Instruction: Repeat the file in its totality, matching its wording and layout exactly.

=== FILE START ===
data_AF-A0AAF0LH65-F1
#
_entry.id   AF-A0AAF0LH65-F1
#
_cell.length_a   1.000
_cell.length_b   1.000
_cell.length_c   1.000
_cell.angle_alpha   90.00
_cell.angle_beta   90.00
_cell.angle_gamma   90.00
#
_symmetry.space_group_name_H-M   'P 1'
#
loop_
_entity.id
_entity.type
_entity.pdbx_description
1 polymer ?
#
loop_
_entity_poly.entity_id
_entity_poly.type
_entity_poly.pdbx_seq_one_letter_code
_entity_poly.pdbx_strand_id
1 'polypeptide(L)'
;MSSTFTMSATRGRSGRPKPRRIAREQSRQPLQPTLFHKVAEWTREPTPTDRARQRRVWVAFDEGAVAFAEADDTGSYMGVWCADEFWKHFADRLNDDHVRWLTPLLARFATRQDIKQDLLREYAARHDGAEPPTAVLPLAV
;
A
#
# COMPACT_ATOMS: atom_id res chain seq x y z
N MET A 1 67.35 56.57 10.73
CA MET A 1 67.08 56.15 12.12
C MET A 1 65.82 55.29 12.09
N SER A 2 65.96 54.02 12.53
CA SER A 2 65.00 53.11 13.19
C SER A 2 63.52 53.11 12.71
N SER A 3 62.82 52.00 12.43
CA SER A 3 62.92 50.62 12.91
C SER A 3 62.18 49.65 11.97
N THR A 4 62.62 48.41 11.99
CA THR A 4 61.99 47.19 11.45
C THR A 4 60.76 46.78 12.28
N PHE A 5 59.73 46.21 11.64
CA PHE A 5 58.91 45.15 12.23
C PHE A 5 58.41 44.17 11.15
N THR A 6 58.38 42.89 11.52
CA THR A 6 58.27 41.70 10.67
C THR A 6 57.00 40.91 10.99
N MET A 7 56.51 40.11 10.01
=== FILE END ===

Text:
data_AF-A0AAF0LH65-F1
#
_entry.id   AF-A0AAF0LH65-F1
#
_cell.length_a   1.000
_cell.length_b   1.000
_cell.length_c   1.000
_cell.angle_alpha   90.00
_cell.angle_beta   90.00
_cell.angle_gamma   90.00
#
_symmetry.space_group_name_H-M   'P 1'
#
loop_
_entity.id
_entity.type
_entity.pdbx_description
1 polymer ?
#
loop_
_entity_poly.entity_id
_entity_poly.type
_entity_poly.pdbx_seq_one_letter_code
_entity_poly.pdbx_strand_id
1 'polypeptide(L)'
;MSSTFTMSATRGRSGRPKPRRIAREQSRQPLQPTLFHKVAEWTREPTPTDRARQRRVWVAFDEGAVAFAEADDTGSYMGVWCADEFWKHFADRLNDDHVRWLTPLLARFATRQDIKQDLLREYAARHDGAEPPTAVLPLAV
;
A
#
# COMPACT_ATOMS: atom_id res chain seq x y z
N MET A 1 67.35 56.57 10.73
CA MET A 1 67.08 56.15 12.12
C MET A 1 65.82 55.29 12.09
N SER A 2 65.96 54.02 12.53
CA SER A 2 65.00 53.11 13.19
C SER A 2 63.52 53.11 12.71
N SER A 3 62.82 52.00 12.43
CA SER A 3 62.92 50.62 12.91
C SER A 3 62.18 49.65 11.97
N THR A 4 62.62 48.41 11.99
CA THR A 4 61.99 47.19 11.45
C THR A 4 60.76 46.78 12.28
N PHE A 5 59.73 46.21 11.64
CA PHE A 5 58.91 45.15 12.23
C PHE A 5 58.41 44.17 11.15
N THR A 6 58.38 42.89 11.52
CA THR A 6 58.27 41.70 10.67
C THR A 6 57.00 40.91 10.99
N MET A 7 56.51 40.11 10.01